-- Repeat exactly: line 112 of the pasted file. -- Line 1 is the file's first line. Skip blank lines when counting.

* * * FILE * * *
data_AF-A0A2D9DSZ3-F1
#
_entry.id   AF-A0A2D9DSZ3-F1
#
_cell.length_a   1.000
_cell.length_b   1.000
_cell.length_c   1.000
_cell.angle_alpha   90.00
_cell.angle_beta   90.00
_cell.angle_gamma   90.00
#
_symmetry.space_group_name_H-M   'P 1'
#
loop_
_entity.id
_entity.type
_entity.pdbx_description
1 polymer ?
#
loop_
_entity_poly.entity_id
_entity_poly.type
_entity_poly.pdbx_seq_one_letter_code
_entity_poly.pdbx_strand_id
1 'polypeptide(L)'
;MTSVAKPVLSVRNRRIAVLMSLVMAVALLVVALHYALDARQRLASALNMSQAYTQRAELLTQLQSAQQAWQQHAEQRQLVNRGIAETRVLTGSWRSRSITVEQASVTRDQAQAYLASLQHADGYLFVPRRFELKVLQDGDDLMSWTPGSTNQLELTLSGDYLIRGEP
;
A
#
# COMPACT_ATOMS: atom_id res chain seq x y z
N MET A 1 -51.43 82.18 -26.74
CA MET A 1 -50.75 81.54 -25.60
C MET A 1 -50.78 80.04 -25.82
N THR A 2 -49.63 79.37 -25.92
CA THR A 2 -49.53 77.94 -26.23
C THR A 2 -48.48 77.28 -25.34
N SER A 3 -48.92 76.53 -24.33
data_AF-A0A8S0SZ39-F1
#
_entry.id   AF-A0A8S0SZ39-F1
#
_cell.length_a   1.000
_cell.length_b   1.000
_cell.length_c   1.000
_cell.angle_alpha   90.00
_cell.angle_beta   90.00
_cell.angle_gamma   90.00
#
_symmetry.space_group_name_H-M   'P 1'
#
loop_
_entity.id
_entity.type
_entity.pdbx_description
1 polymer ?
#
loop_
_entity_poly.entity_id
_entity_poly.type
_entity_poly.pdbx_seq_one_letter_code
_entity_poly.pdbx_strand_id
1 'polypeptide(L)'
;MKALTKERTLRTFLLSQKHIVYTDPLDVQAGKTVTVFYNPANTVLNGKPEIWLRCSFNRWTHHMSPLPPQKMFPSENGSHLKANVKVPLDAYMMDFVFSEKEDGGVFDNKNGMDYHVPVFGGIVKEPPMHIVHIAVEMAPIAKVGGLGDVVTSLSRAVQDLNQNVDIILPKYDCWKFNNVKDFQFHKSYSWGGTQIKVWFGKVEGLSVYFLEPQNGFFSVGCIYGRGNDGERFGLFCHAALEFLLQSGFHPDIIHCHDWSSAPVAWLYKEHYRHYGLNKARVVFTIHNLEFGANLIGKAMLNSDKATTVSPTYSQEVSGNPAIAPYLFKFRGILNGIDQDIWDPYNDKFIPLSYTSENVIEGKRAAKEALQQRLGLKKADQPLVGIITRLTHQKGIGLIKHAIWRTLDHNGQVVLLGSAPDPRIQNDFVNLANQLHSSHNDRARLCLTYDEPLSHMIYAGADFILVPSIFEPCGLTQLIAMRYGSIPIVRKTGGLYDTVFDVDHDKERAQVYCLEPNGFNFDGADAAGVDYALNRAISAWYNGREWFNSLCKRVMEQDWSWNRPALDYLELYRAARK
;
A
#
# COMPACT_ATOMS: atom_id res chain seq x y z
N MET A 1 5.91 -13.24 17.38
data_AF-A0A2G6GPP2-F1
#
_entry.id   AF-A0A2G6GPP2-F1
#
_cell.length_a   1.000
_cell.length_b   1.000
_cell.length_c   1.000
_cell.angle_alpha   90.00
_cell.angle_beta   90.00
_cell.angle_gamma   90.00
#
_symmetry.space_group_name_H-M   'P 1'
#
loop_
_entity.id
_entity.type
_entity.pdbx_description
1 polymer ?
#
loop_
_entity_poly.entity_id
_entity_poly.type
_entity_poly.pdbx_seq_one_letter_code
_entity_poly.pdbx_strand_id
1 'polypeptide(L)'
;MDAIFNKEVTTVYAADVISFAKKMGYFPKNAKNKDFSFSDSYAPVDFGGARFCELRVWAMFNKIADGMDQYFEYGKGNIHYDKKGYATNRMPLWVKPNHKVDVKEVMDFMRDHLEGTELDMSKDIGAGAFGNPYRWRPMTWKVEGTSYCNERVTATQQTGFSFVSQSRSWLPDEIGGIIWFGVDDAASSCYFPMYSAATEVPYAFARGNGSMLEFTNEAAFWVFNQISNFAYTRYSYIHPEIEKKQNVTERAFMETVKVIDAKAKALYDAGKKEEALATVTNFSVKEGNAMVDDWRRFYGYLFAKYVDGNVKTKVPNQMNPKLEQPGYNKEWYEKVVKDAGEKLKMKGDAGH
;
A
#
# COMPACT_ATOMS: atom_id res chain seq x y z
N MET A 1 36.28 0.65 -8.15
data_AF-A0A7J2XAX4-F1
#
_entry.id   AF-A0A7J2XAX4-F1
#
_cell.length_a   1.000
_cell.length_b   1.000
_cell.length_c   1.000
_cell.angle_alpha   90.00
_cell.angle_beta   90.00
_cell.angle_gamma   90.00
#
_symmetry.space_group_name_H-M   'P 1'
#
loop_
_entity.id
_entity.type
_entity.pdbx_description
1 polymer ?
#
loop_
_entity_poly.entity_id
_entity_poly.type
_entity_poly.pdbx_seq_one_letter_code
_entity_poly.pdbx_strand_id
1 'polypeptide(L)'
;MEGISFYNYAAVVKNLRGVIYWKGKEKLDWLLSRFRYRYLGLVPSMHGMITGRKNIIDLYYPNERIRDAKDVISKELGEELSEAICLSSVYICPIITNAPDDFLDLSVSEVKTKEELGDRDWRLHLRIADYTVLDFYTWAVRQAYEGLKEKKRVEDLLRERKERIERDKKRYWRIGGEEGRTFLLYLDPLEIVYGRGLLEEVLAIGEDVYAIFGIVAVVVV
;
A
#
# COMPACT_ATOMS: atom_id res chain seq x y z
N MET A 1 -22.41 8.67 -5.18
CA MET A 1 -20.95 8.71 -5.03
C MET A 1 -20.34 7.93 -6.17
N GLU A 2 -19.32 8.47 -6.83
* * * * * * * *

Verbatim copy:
#